This day, Mike hands over a bucket filled with muddy water and some twigs. “Raspberries,” he says. “Thought you’d like some. Finally thinned mine out.”
We’ve talked off and on about having berry bushes line the whole fence line between our properties. This is a step in that direction. I’ve planted blackberries further up, and I forage from the mulberry trees that line the skinny South Side Slopes side streets near my home. Raspberries round out the fresh-picked berry potential.
The raspberries don’t look like much in the bucket, and like every good gardener, I get distracted by several other chores over the next few days and forget about them. The bucket sits there in the shade by the fence, and by the time I turn to it, I am sure I’ve killed the baby berry bushes.
Nonetheless, I dig up some lawn on my side of the fence, stick the twigs in there, and wait. And they grow. Over the next three years they become an impressive patch of bushes. I trim them back in the early spring, and they do their thing the rest of the summer. Raspberries are a hardy, not-holding-any-grudges kind of plant.
The bushes go from showcasing fragile white blooms to ghostly white berries to pink to bright red fully ripe gems. It’s worth it when a line of jaggers pokes into my arm or the hood of my sweatshirt. I carefully unlatch the branches as I reach a little further into the bush for just a few more.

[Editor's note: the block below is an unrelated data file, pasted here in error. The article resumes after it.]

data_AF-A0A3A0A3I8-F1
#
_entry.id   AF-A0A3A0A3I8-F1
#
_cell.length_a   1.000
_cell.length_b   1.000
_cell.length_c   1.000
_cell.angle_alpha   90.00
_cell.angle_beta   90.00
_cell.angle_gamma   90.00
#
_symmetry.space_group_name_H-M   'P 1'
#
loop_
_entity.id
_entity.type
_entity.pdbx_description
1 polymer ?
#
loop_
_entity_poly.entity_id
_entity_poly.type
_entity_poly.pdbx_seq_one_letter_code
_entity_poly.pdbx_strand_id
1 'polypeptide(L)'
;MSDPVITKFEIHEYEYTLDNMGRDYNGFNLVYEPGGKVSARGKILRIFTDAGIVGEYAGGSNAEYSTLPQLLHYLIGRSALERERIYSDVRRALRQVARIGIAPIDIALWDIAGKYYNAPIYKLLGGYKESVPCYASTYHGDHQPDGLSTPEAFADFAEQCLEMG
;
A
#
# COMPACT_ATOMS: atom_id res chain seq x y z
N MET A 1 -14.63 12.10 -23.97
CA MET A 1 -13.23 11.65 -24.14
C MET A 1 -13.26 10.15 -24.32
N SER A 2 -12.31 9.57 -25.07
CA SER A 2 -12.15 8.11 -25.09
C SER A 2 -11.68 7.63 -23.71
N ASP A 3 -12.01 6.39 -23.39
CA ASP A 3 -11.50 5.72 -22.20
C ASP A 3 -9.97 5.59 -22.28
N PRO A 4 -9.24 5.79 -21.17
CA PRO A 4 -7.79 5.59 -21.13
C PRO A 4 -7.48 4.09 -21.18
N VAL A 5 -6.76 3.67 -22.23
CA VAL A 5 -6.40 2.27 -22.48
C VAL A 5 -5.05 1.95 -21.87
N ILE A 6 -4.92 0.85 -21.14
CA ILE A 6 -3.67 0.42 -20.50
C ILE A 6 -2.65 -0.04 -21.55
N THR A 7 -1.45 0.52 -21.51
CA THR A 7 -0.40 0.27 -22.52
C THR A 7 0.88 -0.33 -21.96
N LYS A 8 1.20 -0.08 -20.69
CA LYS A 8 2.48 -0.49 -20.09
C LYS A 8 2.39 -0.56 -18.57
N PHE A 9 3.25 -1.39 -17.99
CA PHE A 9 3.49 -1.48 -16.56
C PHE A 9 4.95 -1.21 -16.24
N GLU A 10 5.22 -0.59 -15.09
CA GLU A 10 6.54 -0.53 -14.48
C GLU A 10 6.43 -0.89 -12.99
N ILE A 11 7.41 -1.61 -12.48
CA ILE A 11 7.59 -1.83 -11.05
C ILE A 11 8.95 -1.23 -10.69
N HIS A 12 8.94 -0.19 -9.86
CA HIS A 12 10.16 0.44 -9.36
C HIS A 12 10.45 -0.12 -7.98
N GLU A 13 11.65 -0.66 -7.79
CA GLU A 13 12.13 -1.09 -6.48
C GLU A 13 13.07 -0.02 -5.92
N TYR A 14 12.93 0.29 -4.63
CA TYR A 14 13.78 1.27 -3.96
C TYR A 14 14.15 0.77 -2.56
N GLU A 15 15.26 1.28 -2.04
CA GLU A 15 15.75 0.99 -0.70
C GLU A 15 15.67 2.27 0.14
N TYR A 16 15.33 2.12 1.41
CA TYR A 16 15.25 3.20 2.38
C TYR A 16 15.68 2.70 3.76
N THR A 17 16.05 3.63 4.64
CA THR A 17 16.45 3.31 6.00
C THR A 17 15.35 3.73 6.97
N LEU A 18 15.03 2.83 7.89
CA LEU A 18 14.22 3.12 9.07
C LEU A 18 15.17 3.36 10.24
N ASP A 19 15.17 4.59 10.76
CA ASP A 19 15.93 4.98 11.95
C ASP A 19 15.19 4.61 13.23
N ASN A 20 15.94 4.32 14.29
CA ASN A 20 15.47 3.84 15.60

Last summer brought a raspberry bonanza. In the height of harvest season, as I wandered into the yard each morning with my dog, I always stopped for a handful of berries. My husband picked his own handful as he walked by on his way into the house after work. Beyond these casual pickings, I was plucking at least four full cups a day.
I love testing the berries to see if they are “done” on their bush, gently pulling at them, feeling for any resistance. When a berry is perfectly ready, it slips right off, as if you’ve removed a little red sock.
It’s stunning to have such large quantities of berries at my disposal. They’re so expensive in the store that they seem precious, even if they’re as prolific as the tomatoes or green beans. My instinct is to hoard them, but then there are more and more, so I need to use up what I don’t store in the freezer.
I come to feel protective of the berries and fragile lettuces and the wildflowers that can wilt so quickly after picking — the things I know people pay so much for at the grocery store. As a gardener, this is when I feel the most decadent.
I walk my organic gems inside to my kitchen. My hands are dirty and some nettles have latched onto the braids in my hair. I tuck my harvest away and head back out to see what’s up in the other garden beds, to feel lucky to live here and grow all this healthy food.
Their color, fragrance, and fragile, hollow cores, and the intense, tiny bite of sweet along with the forgiving nature of the bushes make raspberries such a satisfying plant to let flourish in the garden.